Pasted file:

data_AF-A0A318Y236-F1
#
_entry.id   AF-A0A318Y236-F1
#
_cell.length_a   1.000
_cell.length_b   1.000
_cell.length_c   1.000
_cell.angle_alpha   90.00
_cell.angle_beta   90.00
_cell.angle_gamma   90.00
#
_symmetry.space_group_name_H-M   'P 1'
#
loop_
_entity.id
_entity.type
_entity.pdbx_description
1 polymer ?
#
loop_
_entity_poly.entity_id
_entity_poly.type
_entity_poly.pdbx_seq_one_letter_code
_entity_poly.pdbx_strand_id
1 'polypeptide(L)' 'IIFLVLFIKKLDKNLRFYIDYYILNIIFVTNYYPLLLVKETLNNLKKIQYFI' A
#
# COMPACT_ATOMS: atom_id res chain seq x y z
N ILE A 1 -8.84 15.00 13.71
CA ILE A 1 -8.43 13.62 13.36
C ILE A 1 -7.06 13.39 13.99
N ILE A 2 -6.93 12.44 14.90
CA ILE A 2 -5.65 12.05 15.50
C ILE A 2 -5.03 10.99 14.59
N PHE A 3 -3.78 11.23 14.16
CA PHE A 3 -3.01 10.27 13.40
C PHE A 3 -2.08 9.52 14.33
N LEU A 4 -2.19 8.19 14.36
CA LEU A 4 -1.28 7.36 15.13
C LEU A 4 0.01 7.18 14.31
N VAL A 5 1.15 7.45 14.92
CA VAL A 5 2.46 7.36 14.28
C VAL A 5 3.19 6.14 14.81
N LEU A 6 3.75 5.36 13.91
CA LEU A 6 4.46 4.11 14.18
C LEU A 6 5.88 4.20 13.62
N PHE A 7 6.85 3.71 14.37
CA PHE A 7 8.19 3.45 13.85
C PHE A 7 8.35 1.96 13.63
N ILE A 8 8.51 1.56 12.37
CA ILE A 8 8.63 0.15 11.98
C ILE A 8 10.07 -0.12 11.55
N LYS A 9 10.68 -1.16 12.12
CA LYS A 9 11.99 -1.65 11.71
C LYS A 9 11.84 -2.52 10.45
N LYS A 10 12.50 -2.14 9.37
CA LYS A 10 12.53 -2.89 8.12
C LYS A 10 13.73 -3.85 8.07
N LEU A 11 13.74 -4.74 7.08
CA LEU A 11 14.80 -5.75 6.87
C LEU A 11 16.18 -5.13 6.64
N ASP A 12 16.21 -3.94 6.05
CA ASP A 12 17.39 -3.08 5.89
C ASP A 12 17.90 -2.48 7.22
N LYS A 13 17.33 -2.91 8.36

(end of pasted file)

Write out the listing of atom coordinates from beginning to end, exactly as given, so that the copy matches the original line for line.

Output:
data_AF-A0A318Y236-F1
#
_entry.id   AF-A0A318Y236-F1
#
_cell.length_a   1.000
_cell.length_b   1.000
_cell.length_c   1.000
_cell.angle_alpha   90.00
_cell.angle_beta   90.00
_cell.angle_gamma   90.00
#
_symmetry.space_group_name_H-M   'P 1'
#
loop_
_entity.id
_entity.type
_entity.pdbx_description
1 polymer ?
#
loop_
_entity_poly.entity_id
_entity_poly.type
_entity_poly.pdbx_seq_one_letter_code
_entity_poly.pdbx_strand_id
1 'polypeptide(L)' 'IIFLVLFIKKLDKNLRFYIDYYILNIIFVTNYYPLLLVKETLNNLKKIQYFI' A
#
# COMPACT_ATOMS: atom_id res chain seq x y z
N ILE A 1 -8.84 15.00 13.71
CA ILE A 1 -8.43 13.62 13.36
C ILE A 1 -7.06 13.39 13.99
N ILE A 2 -6.93 12.44 14.90
CA ILE A 2 -5.65 12.05 15.50
C ILE A 2 -5.03 10.99 14.59
N PHE A 3 -3.78 11.23 14.16
CA PHE A 3 -3.01 10.27 13.40
C PHE A 3 -2.08 9.52 14.33
N LEU A 4 -2.19 8.19 14.36
CA LEU A 4 -1.28 7.36 15.13
C LEU A 4 0.01 7.18 14.31
N VAL A 5 1.15 7.45 14.92
CA VAL A 5 2.46 7.36 14.28
C VAL A 5 3.19 6.14 14.81
N LEU A 6 3.75 5.36 13.91
CA LEU A 6 4.46 4.11 14.18
C LEU A 6 5.88 4.20 13.62
N PHE A 7 6.85 3.71 14.37
CA PHE A 7 8.19 3.45 13.85
C PHE A 7 8.35 1.96 13.63
N ILE A 8 8.51 1.56 12.37
CA ILE A 8 8.63 0.15 11.98
C ILE A 8 10.07 -0.12 11.55
N LYS A 9 10.68 -1.16 12.12
CA LYS A 9 11.99 -1.65 11.71
C LYS A 9 11.84 -2.52 10.45
N LYS A 10 12.50 -2.14 9.37
CA LYS A 10 12.53 -2.89 8.12
C LYS A 10 13.73 -3.85 8.07
N LEU A 11 13.74 -4.74 7.08
CA LEU A 11 14.80 -5.75 6.87
C LEU A 11 16.18 -5.13 6.64
N ASP A 12 16.21 -3.94 6.05
CA ASP A 12 17.39 -3.08 5.89
C ASP A 12 17.90 -2.48 7.22
N LYS A 13 17.33 -2.91 8.36